The costs of online shopping are virtually nothing. It takes seconds to purchase a product from a vendor that you’ve done business with in the past and it can even be done from the convenience of a mobile phone. Even when shopping with new retailers it takes no longer than a few minutes to find and buy the product you’re looking for. Return-friendly policies make it easy to return products that may not fit properly, like shoes or clothing. And the maturity of ecommerce, as we’ll discuss shortly, makes it easy to quickly find exactly what you’re looking for.
Internet-enabled devices of all types now make it easier than ever to shop wherever and whenever you want. It wasn’t too long ago that the only way to get online was through a stationary computer connected to the Internet over a dial-up modem. Today, the primary means of Internet access around the world is through mobile devices. They’re everywhere and always connected. An incredible 84% of UK citizens won’t leave home without their mobile phones. Tablets have gone from being nonexistent to almost a billion in circulation projected by 2017. In North America, 60% of Internet users are expected to own a tablet by 2017. These devices are ubiquitous and each one of them is capable of ecommerce, with many ecommerce vendors offering custom applications specifically built for each device.
Even when customers do go to a physical retail store, they often research products and check prices online while in the store. A recent survey found that 77% of all American customers have done this, while those in the millennial generation do this 85% of the time. Customers want information about the products they’re buying and they want to make sure they’re paying a fair price.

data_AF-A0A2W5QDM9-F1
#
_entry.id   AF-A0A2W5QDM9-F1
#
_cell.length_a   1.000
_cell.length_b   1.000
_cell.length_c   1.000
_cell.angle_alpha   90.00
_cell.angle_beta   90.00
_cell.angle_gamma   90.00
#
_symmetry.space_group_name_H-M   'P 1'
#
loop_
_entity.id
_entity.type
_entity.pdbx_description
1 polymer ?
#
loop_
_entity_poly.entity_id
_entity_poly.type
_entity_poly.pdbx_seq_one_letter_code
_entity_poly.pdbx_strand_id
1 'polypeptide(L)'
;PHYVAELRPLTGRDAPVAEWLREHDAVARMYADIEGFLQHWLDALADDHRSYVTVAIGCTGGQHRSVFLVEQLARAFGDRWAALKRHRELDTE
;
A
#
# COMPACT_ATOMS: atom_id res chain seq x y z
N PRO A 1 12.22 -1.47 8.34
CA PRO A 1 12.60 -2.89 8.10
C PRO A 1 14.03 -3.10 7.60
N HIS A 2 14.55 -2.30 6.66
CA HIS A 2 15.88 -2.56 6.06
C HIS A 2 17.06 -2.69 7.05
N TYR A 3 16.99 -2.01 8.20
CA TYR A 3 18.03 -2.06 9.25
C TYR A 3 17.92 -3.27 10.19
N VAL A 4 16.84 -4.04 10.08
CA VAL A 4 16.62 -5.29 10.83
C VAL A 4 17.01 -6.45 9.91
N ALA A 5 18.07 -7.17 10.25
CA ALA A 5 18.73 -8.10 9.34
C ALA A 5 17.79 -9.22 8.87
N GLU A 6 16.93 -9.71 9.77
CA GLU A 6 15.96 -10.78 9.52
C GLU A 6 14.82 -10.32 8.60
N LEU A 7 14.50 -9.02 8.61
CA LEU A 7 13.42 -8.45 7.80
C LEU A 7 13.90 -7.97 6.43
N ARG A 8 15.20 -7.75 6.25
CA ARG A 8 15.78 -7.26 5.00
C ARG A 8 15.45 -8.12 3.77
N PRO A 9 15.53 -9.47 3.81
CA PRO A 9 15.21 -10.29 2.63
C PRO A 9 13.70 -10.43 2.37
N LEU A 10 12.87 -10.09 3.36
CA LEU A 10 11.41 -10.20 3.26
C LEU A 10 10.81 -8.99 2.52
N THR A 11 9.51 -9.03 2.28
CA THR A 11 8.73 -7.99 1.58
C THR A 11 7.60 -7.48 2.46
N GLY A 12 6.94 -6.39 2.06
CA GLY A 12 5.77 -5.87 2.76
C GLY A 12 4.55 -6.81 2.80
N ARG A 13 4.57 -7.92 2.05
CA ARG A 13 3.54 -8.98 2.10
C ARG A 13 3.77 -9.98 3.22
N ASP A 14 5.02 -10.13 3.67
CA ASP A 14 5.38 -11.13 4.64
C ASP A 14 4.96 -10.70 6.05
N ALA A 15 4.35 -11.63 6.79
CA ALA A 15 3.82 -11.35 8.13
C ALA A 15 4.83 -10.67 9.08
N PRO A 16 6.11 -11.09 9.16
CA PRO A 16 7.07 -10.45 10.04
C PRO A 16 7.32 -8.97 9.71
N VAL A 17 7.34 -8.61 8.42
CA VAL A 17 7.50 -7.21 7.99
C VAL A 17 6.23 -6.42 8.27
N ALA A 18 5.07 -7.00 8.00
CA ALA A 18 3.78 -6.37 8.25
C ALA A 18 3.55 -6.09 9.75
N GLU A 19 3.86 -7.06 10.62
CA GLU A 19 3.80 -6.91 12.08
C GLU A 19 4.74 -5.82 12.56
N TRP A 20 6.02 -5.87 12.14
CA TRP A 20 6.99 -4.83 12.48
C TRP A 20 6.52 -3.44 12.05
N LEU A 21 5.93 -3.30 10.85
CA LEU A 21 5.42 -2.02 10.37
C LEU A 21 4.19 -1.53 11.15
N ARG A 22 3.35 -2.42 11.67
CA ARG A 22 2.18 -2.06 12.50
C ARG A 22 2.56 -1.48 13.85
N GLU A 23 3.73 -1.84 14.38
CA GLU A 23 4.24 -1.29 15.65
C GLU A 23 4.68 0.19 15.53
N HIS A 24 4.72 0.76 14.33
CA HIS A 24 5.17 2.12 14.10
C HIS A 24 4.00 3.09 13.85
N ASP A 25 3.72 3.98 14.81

Today’s customers, especially younger ones, want to be able to make purchases on their own terms. They want full control over when, where, and how they shop.
Most physical retail stores are small—between 3,000–10,000 square feet, usually selling a few hundred products in one category of merchandise. For example, it would be very difficult to find car parts and diapers in the same physical store. Even larger format hypermarkets, which can be as large as 260,000 square feet, only sell a few thousand products. Their assortment tends to be wide but not very deep. It’s hard to sell a wide range of products in physical stores because retailers have to procure and take physical possession of products, get the products to each physical store, continually stock the shelves, and so on. This is all very capital- and labor-intensive, resulting in ever-decreasing margins.
Large ecommerce vendors sometimes don’t even take physical possession of the goods they sell, using arrangements such as drop shipping, where the manufacturer or wholesaler ships directly to the end customer. Many ecommerce vendors are using marketplaces where the sellers are clearly identified as being a third party, usually the manufacturer or a small wholesaler.
Both drop shipping and marketplaces have eliminated a lot of inventory and the risk, capital, and labor associated with carrying that inventory.
To further add to the benefits of ecommerce, products can be shipped from a few centrally located warehouses, with the vendors only having to worry about keeping a few warehouses stocked, as opposed to thousands of different physical stores. Amazon.com ships its products out of over 80 physical warehouses around the world, with many over one million square feet. It can still be profitable for an ecommerce vendor to sell 100 units of a given product, whereas it would never be profitable for a physical retailer. This has revolutionized entire industries, like book selling and auto parts distribution, where people want to buy niche products that aren’t economically feasible to stock in physical retail stores.
Because of its nature, ecommerce has some distinct advantages and disadvantages over traditional retail. We discussed many of the advantages earlier, including price, convenience, and assortment. The main disadvantages, also discussed earlier, include the inability to see and/or try on goods, and shipping. This is where ecommerce vendors with physical stores can have an edge over pure play ecommerce vendors. They can leverage their physical stores to bridge the gap between the virtual and physical worlds.